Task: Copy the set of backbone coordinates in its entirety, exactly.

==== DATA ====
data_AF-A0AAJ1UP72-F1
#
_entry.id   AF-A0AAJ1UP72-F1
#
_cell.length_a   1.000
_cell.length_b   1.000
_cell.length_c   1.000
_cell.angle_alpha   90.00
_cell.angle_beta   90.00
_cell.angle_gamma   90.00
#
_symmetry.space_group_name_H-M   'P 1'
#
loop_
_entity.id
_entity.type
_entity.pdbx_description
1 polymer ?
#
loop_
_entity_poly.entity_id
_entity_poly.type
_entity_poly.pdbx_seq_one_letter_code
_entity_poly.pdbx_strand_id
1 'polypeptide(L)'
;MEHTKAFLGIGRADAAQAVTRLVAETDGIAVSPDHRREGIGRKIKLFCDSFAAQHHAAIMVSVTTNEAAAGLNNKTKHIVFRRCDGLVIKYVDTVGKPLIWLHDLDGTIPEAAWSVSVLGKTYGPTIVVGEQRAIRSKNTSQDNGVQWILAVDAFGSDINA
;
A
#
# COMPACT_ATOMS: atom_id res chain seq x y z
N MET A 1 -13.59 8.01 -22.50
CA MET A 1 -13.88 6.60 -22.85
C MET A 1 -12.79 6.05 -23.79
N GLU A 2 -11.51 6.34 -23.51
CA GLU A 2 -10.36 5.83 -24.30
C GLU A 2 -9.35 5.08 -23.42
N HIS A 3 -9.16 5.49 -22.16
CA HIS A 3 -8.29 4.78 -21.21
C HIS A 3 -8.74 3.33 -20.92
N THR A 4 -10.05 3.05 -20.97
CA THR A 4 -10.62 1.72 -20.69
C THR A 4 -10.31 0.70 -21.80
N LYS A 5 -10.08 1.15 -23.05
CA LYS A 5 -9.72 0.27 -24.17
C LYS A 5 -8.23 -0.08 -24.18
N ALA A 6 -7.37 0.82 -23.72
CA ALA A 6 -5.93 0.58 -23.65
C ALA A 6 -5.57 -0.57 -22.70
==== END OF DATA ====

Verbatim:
data_AF-A0AAJ1UP72-F1
#
_entry.id   AF-A0AAJ1UP72-F1
#
_cell.length_a   1.000
_cell.length_b   1.000
_cell.length_c   1.000
_cell.angle_alpha   90.00
_cell.angle_beta   90.00
_cell.angle_gamma   90.00
#
_symmetry.space_group_name_H-M   'P 1'
#
loop_
_entity.id
_entity.type
_entity.pdbx_description
1 polymer ?
#
loop_
_entity_poly.entity_id
_entity_poly.type
_entity_poly.pdbx_seq_one_letter_code
_entity_poly.pdbx_strand_id
1 'polypeptide(L)'
;MEHTKAFLGIGRADAAQAVTRLVAETDGIAVSPDHRREGIGRKIKLFCDSFAAQHHAAIMVSVTTNEAAAGLNNKTKHIVFRRCDGLVIKYVDTVGKPLIWLHDLDGTIPEAAWSVSVLGKTYGPTIVVGEQRAIRSKNTSQDNGVQWILAVDAFGSDINA
;
A
#
# COMPACT_ATOMS: atom_id res chain seq x y z
N MET A 1 -13.59 8.01 -22.50
CA MET A 1 -13.88 6.60 -22.85
C MET A 1 -12.79 6.05 -23.79
N GLU A 2 -11.51 6.34 -23.51
CA GLU A 2 -10.36 5.83 -24.30
C GLU A 2 -9.35 5.08 -23.42
N HIS A 3 -9.16 5.49 -22.16
CA HIS A 3 -8.29 4.78 -21.21
C HIS A 3 -8.74 3.33 -20.92
N THR A 4 -10.05 3.05 -20.97
CA THR A 4 -10.62 1.72 -20.69
C THR A 4 -10.31 0.70 -21.80
N LYS A 5 -10.08 1.15 -23.05
CA LYS A 5 -9.72 0.27 -24.17
C LYS A 5 -8.23 -0.08 -24.18
N ALA A 6 -7.37 0.82 -23.72
CA ALA A 6 -5.93 0.58 -23.65
C ALA A 6 -5.57 -0.57 -22.70